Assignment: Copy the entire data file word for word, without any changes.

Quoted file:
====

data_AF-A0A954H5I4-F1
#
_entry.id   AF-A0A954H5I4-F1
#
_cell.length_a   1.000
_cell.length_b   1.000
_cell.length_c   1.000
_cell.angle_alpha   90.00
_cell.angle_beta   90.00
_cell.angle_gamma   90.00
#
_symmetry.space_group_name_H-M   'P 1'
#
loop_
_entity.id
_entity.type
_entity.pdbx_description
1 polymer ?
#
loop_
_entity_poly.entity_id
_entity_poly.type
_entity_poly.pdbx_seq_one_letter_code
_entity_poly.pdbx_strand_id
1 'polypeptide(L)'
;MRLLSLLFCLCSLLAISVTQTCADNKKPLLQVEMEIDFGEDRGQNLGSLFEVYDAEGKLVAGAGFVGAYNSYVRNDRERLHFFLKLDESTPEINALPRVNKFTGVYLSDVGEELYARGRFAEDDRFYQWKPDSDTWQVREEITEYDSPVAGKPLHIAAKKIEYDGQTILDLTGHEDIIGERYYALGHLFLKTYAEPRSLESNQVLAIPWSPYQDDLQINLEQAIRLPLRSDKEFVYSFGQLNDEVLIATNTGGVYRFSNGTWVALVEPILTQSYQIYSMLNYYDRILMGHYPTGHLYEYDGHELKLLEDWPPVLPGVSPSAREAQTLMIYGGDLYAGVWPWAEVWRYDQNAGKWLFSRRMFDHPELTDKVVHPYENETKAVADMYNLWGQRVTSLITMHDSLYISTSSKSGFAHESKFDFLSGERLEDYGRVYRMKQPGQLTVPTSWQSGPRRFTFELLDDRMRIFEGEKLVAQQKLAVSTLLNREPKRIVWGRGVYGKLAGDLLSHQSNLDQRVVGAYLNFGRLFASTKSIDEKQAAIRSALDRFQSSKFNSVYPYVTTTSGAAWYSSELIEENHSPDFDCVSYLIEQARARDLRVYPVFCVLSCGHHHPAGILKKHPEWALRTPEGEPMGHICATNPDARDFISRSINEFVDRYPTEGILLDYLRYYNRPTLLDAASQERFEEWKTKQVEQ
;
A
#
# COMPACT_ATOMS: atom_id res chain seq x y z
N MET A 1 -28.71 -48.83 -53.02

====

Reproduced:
data_AF-A0A954H5I4-F1
#
_entry.id   AF-A0A954H5I4-F1
#
_cell.length_a   1.000
_cell.length_b   1.000
_cell.length_c   1.000
_cell.angle_alpha   90.00
_cell.angle_beta   90.00
_cell.angle_gamma   90.00
#
_symmetry.space_group_name_H-M   'P 1'
#
loop_
_entity.id
_entity.type
_entity.pdbx_description
1 polymer ?
#
loop_
_entity_poly.entity_id
_entity_poly.type
_entity_poly.pdbx_seq_one_letter_code
_entity_poly.pdbx_strand_id
1 'polypeptide(L)'
;MRLLSLLFCLCSLLAISVTQTCADNKKPLLQVEMEIDFGEDRGQNLGSLFEVYDAEGKLVAGAGFVGAYNSYVRNDRERLHFFLKLDESTPEINALPRVNKFTGVYLSDVGEELYARGRFAEDDRFYQWKPDSDTWQVREEITEYDSPVAGKPLHIAAKKIEYDGQTILDLTGHEDIIGERYYALGHLFLKTYAEPRSLESNQVLAIPWSPYQDDLQINLEQAIRLPLRSDKEFVYSFGQLNDEVLIATNTGGVYRFSNGTWVALVEPILTQSYQIYSMLNYYDRILMGHYPTGHLYEYDGHELKLLEDWPPVLPGVSPSAREAQTLMIYGGDLYAGVWPWAEVWRYDQNAGKWLFSRRMFDHPELTDKVVHPYENETKAVADMYNLWGQRVTSLITMHDSLYISTSSKSGFAHESKFDFLSGERLEDYGRVYRMKQPGQLTVPTSWQSGPRRFTFELLDDRMRIFEGEKLVAQQKLAVSTLLNREPKRIVWGRGVYGKLAGDLLSHQSNLDQRVVGAYLNFGRLFASTKSIDEKQAAIRSALDRFQSSKFNSVYPYVTTTSGAAWYSSELIEENHSPDFDCVSYLIEQARARDLRVYPVFCVLSCGHHHPAGILKKHPEWALRTPEGEPMGHICATNPDARDFISRSINEFVDRYPTEGILLDYLRYYNRPTLLDAASQERFEEWKTKQVEQ
;
A
#
# COMPACT_ATOMS: atom_id res chain seq x y z
N MET A 1 -28.71 -48.83 -53.02